One more thing - most of the photos for this blog are taken with a pink Fujifilm Finepix Z3 that my husband gave me for Christmas. In my mid-fifties, I'm finally discovering my inner girl.
Wednesday, January 16, 2008
I am profoundly grateful that my husband's health issues are stabilizing and we can see a time ahead that won't be all doctor's visits and medical concerns. I am grateful that I could afford to retire a little earlier that I had planned to help him this summer. After reading in a blog of a quilter's loved one going through a terrible illness, I am grateful that our health issues can be managed as well as they are.
I am very grateful that I still have my mom in my life. She's in her mid eighties, and going strong. We don't live near each other but we can swap ideas and chat on the phone for hours. Even if she does call right back after we'd hung up because she remembered one more thing she was going to tell me (which drives husband a little nuts).
In this age of mortgage defaults and high housing costs, I am grateful for this home, even if it IS a 60's rancher with paneling in the den! (The paneling has kind of grown on me.)
And, I am grateful for all the quilter's blogs I have discovered recently, who inspire and inform me, and make me feel a part of a network of talented, creative ladies. Quilters and bloggers, I salute you.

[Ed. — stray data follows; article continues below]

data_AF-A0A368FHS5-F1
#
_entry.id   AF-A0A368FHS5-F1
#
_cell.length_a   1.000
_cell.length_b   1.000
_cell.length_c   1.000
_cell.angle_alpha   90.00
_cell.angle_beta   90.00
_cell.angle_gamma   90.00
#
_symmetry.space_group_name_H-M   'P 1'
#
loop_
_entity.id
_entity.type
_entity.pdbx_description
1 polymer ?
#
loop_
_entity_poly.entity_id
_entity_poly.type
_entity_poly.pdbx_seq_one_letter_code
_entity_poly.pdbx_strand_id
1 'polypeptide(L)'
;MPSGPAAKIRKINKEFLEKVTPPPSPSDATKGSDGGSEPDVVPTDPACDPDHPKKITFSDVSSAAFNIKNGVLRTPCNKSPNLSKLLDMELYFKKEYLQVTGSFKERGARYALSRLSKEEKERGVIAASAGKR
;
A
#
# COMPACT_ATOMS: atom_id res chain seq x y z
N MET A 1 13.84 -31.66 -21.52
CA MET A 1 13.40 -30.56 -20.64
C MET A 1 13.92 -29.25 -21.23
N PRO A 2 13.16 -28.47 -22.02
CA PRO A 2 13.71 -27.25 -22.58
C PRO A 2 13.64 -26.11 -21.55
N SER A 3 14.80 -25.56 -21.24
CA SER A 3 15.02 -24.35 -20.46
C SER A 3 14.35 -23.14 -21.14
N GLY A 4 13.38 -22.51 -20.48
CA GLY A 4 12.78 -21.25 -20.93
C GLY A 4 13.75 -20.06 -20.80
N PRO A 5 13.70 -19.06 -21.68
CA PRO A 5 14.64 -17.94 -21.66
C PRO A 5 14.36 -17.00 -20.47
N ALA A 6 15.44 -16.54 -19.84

The local coordinator for Project Linus answered my email and provided some information about the program. I'm really excited to contribute to it. Heaven knows, I don't need another quilt myself. I have only been making gift quilts for some time now, and the people I know can't provide enough occasions to keep my habit satisfied! So now I will start making Project Linus quilts, and the first one is already halfway pieced!
I wanted to use my burgeoning stash to supply the project quilts, and I really don't have the bright, kid-y colors that you would normally think of. But I do have a lot of scraps from my Robyn Pandolph-inspired days and I pulled out a pink trellis print about 5 ft long that would be a great backing for a pink and green girly-girl quilt. I know that somewhere there's a 4 or 5 year old girl going through a pink phase that would love it. So, I found a tone on tone ivory, a bright pink, a bright green, and a floral with a pink background and roses. Twelve "Card Trick" blocks later, I will have the pink quilt of some little girl's dreams. I've got six blocks pieced already.
I will also get machine quilting practice out of this plan. Win-win, all the way around.
Tuesday, January 15, 2008